However, Max comments and blog posts have got me thinking, can an intelligent map be adaptive at run time? Can an intelligent map allow a user to spawn new variants or sub-processes?

Adaptive intelligent maps…

Let’s work on some assumptions (I know these are great, but we need a point to start). Let’s presume that 40% of a process has been mapped out in full by a BA. This has been translated by our developer on our BPM platform as an intelligent map, and our BPM solution is running fine. Lets also presume that allocation to “unstructured” case management makes up around another 20% of our requirement. This leaves 40% of a particular group of processes that have slipped through our system to an extent (they could always be assigned to our unstructured case management). As Max explains, in his posts, an adaptive process can cater for the rest, effectively allowing these new processes to emerge from the designed or identified process (by our BA).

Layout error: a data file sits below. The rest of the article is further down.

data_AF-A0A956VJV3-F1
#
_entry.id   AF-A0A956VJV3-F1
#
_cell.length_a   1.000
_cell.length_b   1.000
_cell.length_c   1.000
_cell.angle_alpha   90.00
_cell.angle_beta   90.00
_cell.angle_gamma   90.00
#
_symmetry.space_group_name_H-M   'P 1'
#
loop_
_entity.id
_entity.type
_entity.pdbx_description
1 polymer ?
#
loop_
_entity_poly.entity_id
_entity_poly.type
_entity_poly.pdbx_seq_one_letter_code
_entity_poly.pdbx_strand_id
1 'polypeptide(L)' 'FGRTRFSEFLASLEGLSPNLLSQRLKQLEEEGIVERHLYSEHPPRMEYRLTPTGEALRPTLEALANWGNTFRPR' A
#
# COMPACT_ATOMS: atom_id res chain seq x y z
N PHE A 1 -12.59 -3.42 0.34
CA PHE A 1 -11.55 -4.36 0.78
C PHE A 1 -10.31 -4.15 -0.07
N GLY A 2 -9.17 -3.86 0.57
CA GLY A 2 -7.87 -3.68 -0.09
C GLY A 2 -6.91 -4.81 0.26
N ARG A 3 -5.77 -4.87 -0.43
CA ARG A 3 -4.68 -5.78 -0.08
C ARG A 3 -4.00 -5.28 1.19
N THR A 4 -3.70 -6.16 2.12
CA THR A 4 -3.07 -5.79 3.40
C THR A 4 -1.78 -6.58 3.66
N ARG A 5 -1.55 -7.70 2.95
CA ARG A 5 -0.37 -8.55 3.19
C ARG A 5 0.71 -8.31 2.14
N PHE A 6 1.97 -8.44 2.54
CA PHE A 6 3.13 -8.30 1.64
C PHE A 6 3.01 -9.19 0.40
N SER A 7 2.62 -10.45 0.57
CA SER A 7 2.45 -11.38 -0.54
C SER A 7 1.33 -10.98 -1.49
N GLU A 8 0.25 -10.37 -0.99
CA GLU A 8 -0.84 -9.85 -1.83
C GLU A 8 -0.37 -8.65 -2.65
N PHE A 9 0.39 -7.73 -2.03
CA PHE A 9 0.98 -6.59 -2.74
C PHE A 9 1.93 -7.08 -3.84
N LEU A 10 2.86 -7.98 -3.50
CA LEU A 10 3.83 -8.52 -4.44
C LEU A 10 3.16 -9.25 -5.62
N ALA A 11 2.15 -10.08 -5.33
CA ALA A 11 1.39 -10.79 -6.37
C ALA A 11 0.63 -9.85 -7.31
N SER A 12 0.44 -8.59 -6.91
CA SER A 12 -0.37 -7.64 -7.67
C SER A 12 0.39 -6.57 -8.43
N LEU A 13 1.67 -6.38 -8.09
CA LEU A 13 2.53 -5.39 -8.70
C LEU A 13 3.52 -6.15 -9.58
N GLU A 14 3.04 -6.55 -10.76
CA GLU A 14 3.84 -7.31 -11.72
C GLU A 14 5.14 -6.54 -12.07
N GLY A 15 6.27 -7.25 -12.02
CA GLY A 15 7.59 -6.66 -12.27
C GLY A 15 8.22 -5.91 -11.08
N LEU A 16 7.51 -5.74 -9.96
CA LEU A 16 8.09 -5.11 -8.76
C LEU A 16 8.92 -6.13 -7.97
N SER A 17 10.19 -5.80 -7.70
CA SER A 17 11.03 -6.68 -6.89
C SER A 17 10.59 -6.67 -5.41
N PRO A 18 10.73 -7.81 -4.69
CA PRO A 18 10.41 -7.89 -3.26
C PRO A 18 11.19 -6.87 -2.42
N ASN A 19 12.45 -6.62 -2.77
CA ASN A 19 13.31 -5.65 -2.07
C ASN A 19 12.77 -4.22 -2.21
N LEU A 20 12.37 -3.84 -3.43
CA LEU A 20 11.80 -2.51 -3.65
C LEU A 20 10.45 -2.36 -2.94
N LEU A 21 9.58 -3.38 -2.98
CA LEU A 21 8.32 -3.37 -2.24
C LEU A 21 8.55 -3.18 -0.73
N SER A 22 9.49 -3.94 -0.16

When you think of an adaptive map / process in this context, you can see there is real potential and benefit to this “adaptive” thinking…Though I don’t subscribe to everything “adaptive”, I do find this idea of “emerging” processes very compelling…

Where does it fit? Lean? Adaptive? Traditional BPM?

So where does “adaptive” processes fit. The answer, I am not sure. However, it is obvious that adaptive has a lot to offer and bring to the BPM market, more so than Lean for example. With this in mind, only this week I started to get our technical director looking at how we can make our own BPM and intelligent maps more adaptive, responsive and able to provide the capabilities for new processes to emerge….Though this isn’t the complete “adaptive” picture as Max paints, I feel it is a step in the right direction and one that brings benefits from the “adaptive” and “traditional” BPM corners…In addition, can ECM be more adaptive? The answer, YES….

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24 responses

24 03 2010
Max J. Pucher